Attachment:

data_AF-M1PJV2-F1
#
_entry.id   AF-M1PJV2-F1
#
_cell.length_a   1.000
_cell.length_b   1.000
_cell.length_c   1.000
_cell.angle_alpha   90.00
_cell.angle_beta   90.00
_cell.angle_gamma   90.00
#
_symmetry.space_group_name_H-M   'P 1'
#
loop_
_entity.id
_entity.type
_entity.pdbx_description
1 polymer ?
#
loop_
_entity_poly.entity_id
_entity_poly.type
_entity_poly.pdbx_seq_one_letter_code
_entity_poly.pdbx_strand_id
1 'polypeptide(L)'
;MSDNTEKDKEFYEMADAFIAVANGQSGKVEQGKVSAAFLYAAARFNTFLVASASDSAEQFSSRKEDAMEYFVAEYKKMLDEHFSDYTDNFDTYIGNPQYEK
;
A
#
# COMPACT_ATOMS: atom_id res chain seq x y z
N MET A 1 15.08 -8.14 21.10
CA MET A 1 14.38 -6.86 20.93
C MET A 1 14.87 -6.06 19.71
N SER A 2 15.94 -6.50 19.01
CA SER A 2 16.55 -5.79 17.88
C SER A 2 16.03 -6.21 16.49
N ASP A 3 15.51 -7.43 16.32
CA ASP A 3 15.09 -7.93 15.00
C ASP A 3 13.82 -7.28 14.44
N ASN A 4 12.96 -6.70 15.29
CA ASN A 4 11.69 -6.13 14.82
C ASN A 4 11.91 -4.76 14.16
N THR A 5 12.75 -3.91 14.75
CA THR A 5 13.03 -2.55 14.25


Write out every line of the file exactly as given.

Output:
data_AF-M1PJV2-F1
#
_entry.id   AF-M1PJV2-F1
#
_cell.length_a   1.000
_cell.length_b   1.000
_cell.length_c   1.000
_cell.angle_alpha   90.00
_cell.angle_beta   90.00
_cell.angle_gamma   90.00
#
_symmetry.space_group_name_H-M   'P 1'
#
loop_
_entity.id
_entity.type
_entity.pdbx_description
1 polymer ?
#
loop_
_entity_poly.entity_id
_entity_poly.type
_entity_poly.pdbx_seq_one_letter_code
_entity_poly.pdbx_strand_id
1 'polypeptide(L)'
;MSDNTEKDKEFYEMADAFIAVANGQSGKVEQGKVSAAFLYAAARFNTFLVASASDSAEQFSSRKEDAMEYFVAEYKKMLDEHFSDYTDNFDTYIGNPQYEK
;
A
#
# COMPACT_ATOMS: atom_id res chain seq x y z
N MET A 1 15.08 -8.14 21.10
CA MET A 1 14.38 -6.86 20.93
C MET A 1 14.87 -6.06 19.71
N SER A 2 15.94 -6.50 19.01
CA SER A 2 16.55 -5.79 17.88
C SER A 2 16.03 -6.21 16.49
N ASP A 3 15.51 -7.43 16.32
CA ASP A 3 15.09 -7.93 15.00
C ASP A 3 13.82 -7.28 14.44
N ASN A 4 12.96 -6.70 15.29
CA ASN A 4 11.69 -6.13 14.82
C ASN A 4 11.91 -4.76 14.16
N THR A 5 12.75 -3.91 14.75
CA THR A 5 13.03 -2.55 14.25